Rijksmuseum: all photos free for use, and free of copyright

April 25 2014

There's a good interview in The Art Newspaper (the latest print edition, but not online)* with Wim Pijbes, director of the Rijksmuseum. He says -I'm summarising - that in his view all images held in public museums should be free for use, free of copyright, and that museums who charge for image rights only ever just about break even, once the cost of issuing those charges is taken into account. He also adds that within five years all major museums will have abolished image charges. To which, AHN says a loud hurrah, and well done Wim.

I often wonder if the expensive restrictions on reproducing images has led in part to the rise of guff in art history books. Because publishers cannot use images, and because art historians know this, we end up with books full of words instead of images. Is this too conspiratorial of me?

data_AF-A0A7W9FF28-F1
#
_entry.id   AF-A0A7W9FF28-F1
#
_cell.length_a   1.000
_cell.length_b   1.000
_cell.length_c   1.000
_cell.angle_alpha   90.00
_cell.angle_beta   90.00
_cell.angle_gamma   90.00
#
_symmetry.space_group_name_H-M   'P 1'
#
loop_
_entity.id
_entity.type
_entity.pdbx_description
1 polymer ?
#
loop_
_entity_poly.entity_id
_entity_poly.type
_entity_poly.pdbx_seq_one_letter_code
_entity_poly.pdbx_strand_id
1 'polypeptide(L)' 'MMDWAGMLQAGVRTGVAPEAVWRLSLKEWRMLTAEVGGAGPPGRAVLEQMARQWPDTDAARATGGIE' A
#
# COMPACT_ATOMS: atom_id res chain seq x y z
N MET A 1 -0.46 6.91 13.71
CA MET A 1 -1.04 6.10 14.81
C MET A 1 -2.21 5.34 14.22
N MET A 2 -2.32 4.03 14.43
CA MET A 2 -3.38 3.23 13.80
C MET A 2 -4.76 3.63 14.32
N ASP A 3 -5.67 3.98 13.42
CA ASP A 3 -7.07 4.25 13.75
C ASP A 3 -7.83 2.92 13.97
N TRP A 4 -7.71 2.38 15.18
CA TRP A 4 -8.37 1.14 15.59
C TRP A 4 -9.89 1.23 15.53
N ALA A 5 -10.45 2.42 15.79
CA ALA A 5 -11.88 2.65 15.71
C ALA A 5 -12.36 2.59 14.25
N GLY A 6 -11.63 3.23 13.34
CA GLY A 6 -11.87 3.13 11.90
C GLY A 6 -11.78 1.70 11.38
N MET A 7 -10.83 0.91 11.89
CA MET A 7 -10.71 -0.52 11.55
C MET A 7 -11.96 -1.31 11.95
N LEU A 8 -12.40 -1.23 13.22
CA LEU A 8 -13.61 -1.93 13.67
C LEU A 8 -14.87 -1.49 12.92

Update - a reader writes:

I am pleased to read that the Rijksmuseum allows free use of online images from its collection and that other museums will eventually follow suit. I hope that this will lead to a reinstatement of their ban on public photography, now that there is no need to take a lesser quality photo with shadows, glass and other visitors in the way. On my recent visit to the Rijksmuseum I was harangued by a woman repeatedly calling out 'Meneer!' (Sir) at me, to get me to move out of the way of her photo. Finally unable to ignore her loud cries any longer I turned round and replied, 'I don't understand you, I'm English!' and was pleased to see that her photo was just a white blur of reflections.

* The print edition of TAN is well worth subscribing to by the way -always packed full of goodies.

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